Saudi contract awards surge to highest in four years

Saudi Aramco continued awarding projects to international contractors at its Marjan oil field. (Getty Images)
Updated 11 September 2019

Saudi contract awards surge to highest in four years

  • The contract tally reached SR64.3 billion during the second quarter — up 32 percent on the previous quarter and an increase of 92 percent on a year earlier
  • The oil and gas sector overwhelmingly dominated the contracts awarded in the second quarter, accounting for almost three-quarters of the total

LONDON: The value of contracts awarded in Saudi Arabia almost doubled in the second quarter compared to a year earlier, led by the energy, property and military sectors, according to a report published on Tuesday.
The contract tally reached SR64.3 billion ($17.2 billion) during the period — up 32 percent on the previous quarter and an increase of 92 percent on a year earlier, the US-Saudi Arabian Business Council (USABC) said in its report.
It represents the highest value of contracts awarded by quarter in four years with more awards made in the first half of this year than the whole of 2018.
“This highlights the resurgence in 2019, which is on pace to match the construction boom witnessed prior to the brief economic downturn,” USABC said.
The collapse of oil prices in 2014 led to billions of dollars worth of projects being placed on hold throughout the Gulf, but business activity in Saudi Arabia, the region’s largest economy has started to accelerate.
While a majority of the contracts were awarded by the government, the private sector was an active participant in the real estate sector in particular, USABC noted.
The oil and gas sector overwhelmingly dominated the contracts awarded in the period, accounting for almost three-quarters of the total.
Saudi Aramco continued awarding projects to international contractors at its Marjan oil field as well as the Tanajib oil complex in the Eastern Province, the council said.
For the second consecutive quarter, the Eastern Province contributed the largest share of awarded contracts by region.
The order pipeline for the rest of the year also looks set to continue the strong momentum, led by Aramco’s Marjan and Berri field projects as well as the first phase of the Red Sea Tourism Project.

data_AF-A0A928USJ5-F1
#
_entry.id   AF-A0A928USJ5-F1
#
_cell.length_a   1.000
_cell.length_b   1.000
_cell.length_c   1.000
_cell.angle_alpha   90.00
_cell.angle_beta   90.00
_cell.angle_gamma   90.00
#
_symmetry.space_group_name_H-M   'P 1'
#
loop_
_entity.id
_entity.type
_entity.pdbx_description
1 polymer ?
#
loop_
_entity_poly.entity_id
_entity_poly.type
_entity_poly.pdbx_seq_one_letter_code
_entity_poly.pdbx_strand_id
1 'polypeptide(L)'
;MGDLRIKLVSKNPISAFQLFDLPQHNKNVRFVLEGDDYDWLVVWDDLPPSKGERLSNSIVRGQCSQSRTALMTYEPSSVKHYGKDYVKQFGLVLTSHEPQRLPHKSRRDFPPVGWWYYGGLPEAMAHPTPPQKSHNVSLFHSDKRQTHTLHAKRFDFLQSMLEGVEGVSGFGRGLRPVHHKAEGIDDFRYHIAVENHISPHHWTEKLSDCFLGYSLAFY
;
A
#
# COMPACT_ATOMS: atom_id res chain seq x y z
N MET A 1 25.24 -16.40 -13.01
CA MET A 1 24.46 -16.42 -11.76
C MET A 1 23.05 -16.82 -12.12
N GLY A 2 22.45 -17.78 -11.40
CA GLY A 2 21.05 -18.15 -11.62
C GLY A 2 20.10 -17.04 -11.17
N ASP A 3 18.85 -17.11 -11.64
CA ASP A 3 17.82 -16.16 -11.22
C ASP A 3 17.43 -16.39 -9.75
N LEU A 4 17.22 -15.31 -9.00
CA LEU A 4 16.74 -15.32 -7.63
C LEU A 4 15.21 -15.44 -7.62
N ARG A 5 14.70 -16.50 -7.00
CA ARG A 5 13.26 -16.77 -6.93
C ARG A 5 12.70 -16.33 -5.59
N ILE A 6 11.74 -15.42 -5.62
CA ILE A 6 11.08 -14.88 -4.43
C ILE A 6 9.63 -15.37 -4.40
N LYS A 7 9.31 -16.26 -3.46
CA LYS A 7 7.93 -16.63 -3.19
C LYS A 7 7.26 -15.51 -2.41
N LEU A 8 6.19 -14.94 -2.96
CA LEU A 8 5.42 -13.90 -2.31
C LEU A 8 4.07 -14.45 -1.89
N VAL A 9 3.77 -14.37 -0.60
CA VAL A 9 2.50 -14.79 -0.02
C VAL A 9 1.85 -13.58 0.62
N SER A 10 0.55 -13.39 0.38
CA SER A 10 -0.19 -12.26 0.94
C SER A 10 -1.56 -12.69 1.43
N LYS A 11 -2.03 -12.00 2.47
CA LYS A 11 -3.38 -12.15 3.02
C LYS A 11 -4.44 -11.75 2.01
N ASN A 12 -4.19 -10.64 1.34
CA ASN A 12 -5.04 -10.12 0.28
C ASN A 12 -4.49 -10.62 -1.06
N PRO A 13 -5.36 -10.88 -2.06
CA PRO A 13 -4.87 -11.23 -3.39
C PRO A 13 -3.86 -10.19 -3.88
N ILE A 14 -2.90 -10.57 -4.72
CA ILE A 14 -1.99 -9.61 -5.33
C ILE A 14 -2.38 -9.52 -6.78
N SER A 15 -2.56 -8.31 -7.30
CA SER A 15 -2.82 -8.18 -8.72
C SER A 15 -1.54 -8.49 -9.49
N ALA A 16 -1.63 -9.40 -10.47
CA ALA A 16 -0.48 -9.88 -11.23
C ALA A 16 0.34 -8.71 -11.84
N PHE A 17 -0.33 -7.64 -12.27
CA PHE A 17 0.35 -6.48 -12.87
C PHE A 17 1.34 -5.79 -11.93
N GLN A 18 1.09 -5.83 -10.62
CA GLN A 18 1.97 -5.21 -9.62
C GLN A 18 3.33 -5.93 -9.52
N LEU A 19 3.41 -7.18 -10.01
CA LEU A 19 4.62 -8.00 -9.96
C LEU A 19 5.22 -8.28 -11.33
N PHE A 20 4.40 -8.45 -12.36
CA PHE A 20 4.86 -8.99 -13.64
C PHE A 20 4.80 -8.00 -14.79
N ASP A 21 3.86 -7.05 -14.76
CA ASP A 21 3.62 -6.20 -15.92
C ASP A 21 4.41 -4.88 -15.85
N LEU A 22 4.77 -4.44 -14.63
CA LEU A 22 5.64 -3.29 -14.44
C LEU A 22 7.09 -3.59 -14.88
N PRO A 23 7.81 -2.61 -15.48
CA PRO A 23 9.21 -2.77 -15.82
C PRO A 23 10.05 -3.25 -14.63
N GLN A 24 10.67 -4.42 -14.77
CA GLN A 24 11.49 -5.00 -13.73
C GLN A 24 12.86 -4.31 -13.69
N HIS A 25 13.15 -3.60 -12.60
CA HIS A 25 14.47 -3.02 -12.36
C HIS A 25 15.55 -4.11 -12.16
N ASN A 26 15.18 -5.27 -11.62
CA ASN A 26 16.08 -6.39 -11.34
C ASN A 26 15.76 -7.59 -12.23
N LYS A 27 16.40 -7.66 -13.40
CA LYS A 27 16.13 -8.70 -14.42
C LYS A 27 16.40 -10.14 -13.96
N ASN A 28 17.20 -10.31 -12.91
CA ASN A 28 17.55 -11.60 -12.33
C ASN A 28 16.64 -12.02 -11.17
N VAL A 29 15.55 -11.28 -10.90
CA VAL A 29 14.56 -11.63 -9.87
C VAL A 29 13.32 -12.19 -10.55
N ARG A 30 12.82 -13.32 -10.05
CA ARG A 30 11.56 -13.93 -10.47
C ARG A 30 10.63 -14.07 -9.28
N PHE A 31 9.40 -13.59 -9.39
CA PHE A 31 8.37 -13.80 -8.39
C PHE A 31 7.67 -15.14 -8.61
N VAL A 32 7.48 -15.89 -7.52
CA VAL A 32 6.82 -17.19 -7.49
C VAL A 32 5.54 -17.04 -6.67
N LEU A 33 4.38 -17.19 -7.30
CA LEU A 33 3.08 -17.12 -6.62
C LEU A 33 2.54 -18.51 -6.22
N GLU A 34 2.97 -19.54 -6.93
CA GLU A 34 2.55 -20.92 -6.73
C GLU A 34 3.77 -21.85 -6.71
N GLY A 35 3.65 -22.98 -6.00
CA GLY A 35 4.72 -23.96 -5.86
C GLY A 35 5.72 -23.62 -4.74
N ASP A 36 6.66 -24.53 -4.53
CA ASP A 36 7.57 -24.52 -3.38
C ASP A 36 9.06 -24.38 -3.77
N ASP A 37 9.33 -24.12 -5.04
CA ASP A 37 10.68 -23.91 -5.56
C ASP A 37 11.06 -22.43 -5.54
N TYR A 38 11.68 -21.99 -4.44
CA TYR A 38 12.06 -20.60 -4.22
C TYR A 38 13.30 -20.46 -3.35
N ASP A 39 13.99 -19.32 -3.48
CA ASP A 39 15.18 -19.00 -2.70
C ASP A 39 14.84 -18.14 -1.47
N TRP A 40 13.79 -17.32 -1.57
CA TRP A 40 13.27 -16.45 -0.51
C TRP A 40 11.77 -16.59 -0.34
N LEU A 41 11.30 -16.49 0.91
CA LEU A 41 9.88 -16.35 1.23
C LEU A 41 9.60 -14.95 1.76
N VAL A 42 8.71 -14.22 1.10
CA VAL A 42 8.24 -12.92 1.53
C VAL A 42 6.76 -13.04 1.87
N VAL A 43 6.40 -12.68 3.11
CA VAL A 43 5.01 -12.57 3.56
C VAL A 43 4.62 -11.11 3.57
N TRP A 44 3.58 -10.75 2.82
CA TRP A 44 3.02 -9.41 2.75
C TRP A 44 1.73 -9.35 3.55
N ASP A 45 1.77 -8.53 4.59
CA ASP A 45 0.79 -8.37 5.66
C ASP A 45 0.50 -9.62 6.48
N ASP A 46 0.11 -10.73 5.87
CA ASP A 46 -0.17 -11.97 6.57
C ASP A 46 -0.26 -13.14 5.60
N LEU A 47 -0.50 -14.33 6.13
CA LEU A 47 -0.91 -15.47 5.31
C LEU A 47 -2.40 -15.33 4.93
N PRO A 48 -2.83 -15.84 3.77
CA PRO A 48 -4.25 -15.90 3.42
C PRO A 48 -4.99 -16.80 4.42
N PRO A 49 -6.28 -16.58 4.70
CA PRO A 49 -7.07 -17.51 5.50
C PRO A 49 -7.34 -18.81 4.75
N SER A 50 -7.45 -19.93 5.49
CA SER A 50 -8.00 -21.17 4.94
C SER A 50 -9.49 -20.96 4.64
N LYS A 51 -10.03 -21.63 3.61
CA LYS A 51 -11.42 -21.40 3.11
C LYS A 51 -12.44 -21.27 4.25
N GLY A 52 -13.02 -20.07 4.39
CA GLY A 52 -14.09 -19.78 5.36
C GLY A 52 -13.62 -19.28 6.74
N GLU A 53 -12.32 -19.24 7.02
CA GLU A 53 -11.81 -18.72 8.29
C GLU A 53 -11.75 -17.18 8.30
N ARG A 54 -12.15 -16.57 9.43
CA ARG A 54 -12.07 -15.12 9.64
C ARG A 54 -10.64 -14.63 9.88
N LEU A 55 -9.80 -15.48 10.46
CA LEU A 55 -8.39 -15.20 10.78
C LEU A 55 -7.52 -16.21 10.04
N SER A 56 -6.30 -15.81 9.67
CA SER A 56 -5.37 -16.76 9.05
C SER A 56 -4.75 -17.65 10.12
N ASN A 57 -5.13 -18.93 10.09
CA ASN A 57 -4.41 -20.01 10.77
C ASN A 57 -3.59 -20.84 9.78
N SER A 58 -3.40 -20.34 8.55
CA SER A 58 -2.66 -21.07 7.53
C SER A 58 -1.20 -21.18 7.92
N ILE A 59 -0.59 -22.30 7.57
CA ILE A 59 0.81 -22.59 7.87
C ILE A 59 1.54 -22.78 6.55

Saudi Arabia’s 6-point plan to jumpstart global economy

Updated 07 July 2020

Saudi Arabia’s 6-point plan to jumpstart global economy

  • Policy recommendations to G20 aim to counter effects of pandemic

DUBAI: Saudi Arabia, in its capacity as president of the G20 group of nations, has unveiled a six-point business plan to jump start the global economy out of the recession brought on by the COVID-19 pandemic.

Yousef Al-Benyan, the chairman of the B20 business group within the G20, told a webinar from Riyadh that the response to the pandemic -— including the injection of $5 trillion into the global economy — had been “reassuring.”

But he warned that the leading economies of the world had to continue to work together to mitigate the effects of global lockdowns and to address the possibility of a “second wave” of the disease.

“Cooperation and collaboration between governments, global governance institutions and businesses is vital for an effective and timely resolution of this multi-dimensional contagion transcending borders,” Al-Benyan said.

“The B20 is strongly of the view there is no alternative to global cooperation, collaboration and consensus to tide over a multi-dimensional and systemic crisis,” he added.

The six-point plan, contained in a special report to the G20 leadership with input from 750 global business leaders, sets out a series of policy recommendations to counter the effects of the disease which threaten to spark the deepest economic recession in nearly a century.

The document advocates policies to build health resilience, safeguard human capital, and prevent financial instability.

It also promotes measures to free up global supply chains, revive productive economic sectors, and digitize the world economy “responsibly and inclusively.”

In a media question-and-answer session to launch the report, Al-Benyan said that among the top priorities for business leaders were the search for a vaccine against the virus that has killed more than half-a-million people around the world, and the need to reopen global trade routes slammed shut by economic lockdowns.

He said that the G20 response had been speedy and proactive, especially in comparison with the global financial crisis of 2009, but he said that more needed to be done, especially to face the possibility that the disease might surge again. “Now is not the time to celebrate,” he warned.

“Multilateral institutions and mechanisms must be positively leveraged by governments to serve their societies and must be enhanced wherever necessary during and after the pandemic,” he said, highlighting the role of the World Health Organization, the UN and the International Monetary Fund, which have come under attack from some world leaders during the pandemic.

Al-Benyan said that policy responses to the pandemic had been “designed according to each country’s requirements.”

Separately, the governor of the Saudi Arabian Monetary Authority said that it was “too early” to say if the Kingdom’s economy would experience a sharp “V-shape” recovery from pandemic recession.